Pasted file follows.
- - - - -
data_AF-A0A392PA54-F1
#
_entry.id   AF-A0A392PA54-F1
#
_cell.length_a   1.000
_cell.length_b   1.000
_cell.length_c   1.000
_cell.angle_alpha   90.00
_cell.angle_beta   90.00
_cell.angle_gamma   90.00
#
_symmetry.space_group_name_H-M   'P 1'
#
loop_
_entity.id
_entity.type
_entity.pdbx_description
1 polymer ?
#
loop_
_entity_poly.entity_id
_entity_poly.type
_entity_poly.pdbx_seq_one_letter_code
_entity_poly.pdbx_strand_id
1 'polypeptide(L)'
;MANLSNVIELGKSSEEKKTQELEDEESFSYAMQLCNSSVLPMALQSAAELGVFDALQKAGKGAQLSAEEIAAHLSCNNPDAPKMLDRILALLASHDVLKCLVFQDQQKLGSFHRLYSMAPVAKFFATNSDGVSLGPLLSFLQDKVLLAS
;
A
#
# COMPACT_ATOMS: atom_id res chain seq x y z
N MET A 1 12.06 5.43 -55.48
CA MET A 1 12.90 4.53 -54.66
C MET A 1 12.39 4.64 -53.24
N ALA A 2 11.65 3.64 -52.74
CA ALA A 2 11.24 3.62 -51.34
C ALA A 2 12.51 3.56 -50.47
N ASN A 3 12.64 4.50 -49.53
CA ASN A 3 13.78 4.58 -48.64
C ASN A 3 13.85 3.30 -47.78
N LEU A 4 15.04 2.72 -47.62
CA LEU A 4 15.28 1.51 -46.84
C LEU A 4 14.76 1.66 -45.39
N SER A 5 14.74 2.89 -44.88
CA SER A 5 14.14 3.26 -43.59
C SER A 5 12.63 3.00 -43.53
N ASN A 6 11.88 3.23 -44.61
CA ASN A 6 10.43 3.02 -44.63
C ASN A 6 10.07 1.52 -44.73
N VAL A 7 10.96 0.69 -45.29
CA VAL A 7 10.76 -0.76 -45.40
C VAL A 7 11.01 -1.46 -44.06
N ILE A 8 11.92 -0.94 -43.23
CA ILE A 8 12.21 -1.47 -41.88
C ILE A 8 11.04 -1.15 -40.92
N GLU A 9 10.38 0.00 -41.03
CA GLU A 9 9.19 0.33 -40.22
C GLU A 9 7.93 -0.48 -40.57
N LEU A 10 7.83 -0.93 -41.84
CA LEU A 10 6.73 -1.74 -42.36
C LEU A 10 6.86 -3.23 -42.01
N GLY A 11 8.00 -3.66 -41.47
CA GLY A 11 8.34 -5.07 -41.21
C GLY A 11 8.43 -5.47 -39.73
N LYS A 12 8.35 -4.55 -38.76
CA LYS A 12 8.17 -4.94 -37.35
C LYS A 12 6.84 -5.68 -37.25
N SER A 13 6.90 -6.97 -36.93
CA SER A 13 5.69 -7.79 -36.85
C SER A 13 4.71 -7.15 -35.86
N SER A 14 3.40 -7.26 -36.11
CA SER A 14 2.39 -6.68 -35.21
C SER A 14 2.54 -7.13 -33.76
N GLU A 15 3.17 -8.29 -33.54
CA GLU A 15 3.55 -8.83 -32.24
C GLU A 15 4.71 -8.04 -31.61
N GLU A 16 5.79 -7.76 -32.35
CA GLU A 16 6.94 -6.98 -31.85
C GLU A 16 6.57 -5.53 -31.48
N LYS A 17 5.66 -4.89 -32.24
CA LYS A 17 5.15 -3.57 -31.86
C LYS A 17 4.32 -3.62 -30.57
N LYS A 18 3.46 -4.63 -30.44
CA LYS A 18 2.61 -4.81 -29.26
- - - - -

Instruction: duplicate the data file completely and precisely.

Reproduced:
data_AF-A0A392PA54-F1
#
_entry.id   AF-A0A392PA54-F1
#
_cell.length_a   1.000
_cell.length_b   1.000
_cell.length_c   1.000
_cell.angle_alpha   90.00
_cell.angle_beta   90.00
_cell.angle_gamma   90.00
#
_symmetry.space_group_name_H-M   'P 1'
#
loop_
_entity.id
_entity.type
_entity.pdbx_description
1 polymer ?
#
loop_
_entity_poly.entity_id
_entity_poly.type
_entity_poly.pdbx_seq_one_letter_code
_entity_poly.pdbx_strand_id
1 'polypeptide(L)'
;MANLSNVIELGKSSEEKKTQELEDEESFSYAMQLCNSSVLPMALQSAAELGVFDALQKAGKGAQLSAEEIAAHLSCNNPDAPKMLDRILALLASHDVLKCLVFQDQQKLGSFHRLYSMAPVAKFFATNSDGVSLGPLLSFLQDKVLLAS
;
A
#
# COMPACT_ATOMS: atom_id res chain seq x y z
N MET A 1 12.06 5.43 -55.48
CA MET A 1 12.90 4.53 -54.66
C MET A 1 12.39 4.64 -53.24
N ALA A 2 11.65 3.64 -52.74
CA ALA A 2 11.24 3.62 -51.34
C ALA A 2 12.51 3.56 -50.47
N ASN A 3 12.64 4.50 -49.53
CA ASN A 3 13.78 4.58 -48.64
C ASN A 3 13.85 3.30 -47.78
N LEU A 4 15.04 2.72 -47.62
CA LEU A 4 15.28 1.51 -46.84
C LEU A 4 14.76 1.66 -45.39
N SER A 5 14.74 2.89 -44.88
CA SER A 5 14.14 3.26 -43.59
C SER A 5 12.63 3.00 -43.53
N ASN A 6 11.88 3.23 -44.61
CA ASN A 6 10.43 3.02 -44.63
C ASN A 6 10.07 1.52 -44.73
N VAL A 7 10.96 0.69 -45.29
CA VAL A 7 10.76 -0.76 -45.40
C VAL A 7 11.01 -1.46 -44.06
N ILE A 8 11.92 -0.94 -43.23
CA ILE A 8 12.21 -1.47 -41.88
C ILE A 8 11.04 -1.15 -40.92
N GLU A 9 10.38 0.00 -41.03
CA GLU A 9 9.19 0.33 -40.22
C GLU A 9 7.93 -0.48 -40.57
N LEU A 10 7.83 -0.93 -41.84
CA LEU A 10 6.73 -1.74 -42.36
C LEU A 10 6.86 -3.23 -42.01
N GLY A 11 8.00 -3.66 -41.47
CA GLY A 11 8.34 -5.07 -41.21
C GLY A 11 8.43 -5.47 -39.73
N LYS A 12 8.35 -4.55 -38.76
CA LYS A 12 8.17 -4.94 -37.35
C LYS A 12 6.84 -5.68 -37.25
N SER A 13 6.90 -6.97 -36.93
CA SER A 13 5.69 -7.79 -36.85
C SER A 13 4.71 -7.15 -35.86
N SER A 14 3.40 -7.26 -36.11
CA SER A 14 2.39 -6.68 -35.21
C SER A 14 2.54 -7.13 -33.76
N GLU A 15 3.17 -8.29 -33.54
CA GLU A 15 3.55 -8.83 -32.24
C GLU A 15 4.71 -8.04 -31.61
N GLU A 16 5.79 -7.76 -32.35
CA GLU A 16 6.94 -6.98 -31.85
C GLU A 16 6.57 -5.53 -31.48
N LYS A 17 5.66 -4.89 -32.24
CA LYS A 17 5.15 -3.57 -31.86
C LYS A 17 4.32 -3.62 -30.57
N LYS A 18 3.46 -4.63 -30.44
CA LYS A 18 2.61 -4.81 -29.26